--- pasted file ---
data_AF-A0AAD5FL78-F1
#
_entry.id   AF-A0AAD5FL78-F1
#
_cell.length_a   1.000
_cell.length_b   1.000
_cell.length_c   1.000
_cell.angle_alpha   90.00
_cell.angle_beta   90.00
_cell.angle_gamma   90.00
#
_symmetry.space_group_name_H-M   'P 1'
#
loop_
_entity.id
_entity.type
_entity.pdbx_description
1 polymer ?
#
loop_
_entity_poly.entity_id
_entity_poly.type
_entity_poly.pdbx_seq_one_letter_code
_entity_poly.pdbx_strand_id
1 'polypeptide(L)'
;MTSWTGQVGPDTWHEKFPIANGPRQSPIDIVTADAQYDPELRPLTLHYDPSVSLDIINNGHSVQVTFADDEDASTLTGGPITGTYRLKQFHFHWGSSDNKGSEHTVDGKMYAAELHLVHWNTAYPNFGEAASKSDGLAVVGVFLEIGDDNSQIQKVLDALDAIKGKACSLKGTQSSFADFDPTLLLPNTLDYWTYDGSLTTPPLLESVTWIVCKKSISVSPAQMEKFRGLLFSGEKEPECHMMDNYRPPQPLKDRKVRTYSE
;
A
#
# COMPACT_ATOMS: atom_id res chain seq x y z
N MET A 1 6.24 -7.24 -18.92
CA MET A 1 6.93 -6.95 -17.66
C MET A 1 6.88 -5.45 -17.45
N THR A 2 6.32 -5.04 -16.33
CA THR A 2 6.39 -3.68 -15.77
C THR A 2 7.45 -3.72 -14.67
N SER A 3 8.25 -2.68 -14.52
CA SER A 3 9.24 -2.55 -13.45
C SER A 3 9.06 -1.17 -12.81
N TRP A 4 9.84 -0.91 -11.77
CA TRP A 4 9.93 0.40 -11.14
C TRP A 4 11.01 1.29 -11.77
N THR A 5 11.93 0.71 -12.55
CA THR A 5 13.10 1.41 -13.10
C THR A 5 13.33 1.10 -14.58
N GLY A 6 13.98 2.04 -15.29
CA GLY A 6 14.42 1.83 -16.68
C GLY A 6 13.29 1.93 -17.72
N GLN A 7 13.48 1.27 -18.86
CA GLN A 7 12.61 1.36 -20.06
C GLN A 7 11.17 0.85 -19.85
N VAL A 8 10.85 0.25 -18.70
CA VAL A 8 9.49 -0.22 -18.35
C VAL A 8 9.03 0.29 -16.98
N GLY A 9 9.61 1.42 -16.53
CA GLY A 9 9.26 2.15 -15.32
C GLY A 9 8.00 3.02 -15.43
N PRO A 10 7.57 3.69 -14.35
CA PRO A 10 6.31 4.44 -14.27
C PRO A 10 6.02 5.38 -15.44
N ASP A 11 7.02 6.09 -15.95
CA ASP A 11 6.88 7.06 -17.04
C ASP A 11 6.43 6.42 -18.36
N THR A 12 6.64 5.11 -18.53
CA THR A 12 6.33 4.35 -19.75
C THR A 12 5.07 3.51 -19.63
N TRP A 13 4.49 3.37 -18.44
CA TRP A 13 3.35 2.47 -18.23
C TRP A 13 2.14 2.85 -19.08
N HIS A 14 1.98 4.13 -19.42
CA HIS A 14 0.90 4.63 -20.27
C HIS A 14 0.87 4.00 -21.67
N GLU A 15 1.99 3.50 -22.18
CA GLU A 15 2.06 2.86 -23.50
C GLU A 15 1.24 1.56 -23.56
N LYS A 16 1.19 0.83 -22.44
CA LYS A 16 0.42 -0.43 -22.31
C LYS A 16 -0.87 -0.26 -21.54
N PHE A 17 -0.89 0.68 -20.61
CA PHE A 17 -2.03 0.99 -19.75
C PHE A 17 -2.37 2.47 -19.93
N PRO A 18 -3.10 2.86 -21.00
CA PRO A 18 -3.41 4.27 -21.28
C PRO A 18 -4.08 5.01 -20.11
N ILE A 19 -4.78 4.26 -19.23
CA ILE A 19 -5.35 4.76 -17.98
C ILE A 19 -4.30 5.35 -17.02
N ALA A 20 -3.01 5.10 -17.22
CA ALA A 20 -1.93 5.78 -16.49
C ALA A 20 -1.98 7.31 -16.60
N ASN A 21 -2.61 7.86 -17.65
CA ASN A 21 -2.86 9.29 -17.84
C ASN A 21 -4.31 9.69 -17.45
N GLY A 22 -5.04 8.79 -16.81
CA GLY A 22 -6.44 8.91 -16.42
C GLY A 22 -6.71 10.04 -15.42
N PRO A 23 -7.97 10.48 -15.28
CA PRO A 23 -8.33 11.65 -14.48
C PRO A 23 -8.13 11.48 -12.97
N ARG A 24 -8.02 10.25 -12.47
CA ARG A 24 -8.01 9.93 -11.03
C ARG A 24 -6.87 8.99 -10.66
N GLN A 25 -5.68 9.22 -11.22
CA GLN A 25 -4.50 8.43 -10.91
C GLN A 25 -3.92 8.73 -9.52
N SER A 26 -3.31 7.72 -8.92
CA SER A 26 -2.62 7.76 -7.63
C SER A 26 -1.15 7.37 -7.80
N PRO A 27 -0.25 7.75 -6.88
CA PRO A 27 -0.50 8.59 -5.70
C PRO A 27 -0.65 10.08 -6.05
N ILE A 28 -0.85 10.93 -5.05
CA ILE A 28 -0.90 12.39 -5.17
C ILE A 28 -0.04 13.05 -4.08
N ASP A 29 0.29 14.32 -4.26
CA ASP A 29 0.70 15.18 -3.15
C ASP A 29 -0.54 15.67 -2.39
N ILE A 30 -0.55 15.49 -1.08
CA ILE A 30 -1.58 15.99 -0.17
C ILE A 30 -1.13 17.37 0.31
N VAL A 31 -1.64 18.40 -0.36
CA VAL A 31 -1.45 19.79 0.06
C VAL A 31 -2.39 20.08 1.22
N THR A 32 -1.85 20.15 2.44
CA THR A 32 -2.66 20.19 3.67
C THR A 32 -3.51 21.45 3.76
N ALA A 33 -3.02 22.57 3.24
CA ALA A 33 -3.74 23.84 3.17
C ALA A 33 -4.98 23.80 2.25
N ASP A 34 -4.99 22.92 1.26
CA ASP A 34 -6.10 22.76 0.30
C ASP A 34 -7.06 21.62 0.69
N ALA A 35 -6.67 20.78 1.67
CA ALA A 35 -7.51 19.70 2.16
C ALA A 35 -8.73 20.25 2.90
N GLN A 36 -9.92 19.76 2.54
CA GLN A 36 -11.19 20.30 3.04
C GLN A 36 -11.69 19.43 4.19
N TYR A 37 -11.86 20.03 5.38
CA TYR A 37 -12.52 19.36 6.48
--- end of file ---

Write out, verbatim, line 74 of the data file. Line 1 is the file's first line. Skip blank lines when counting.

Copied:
CA GLU A 15 2.06 2.86 -23.50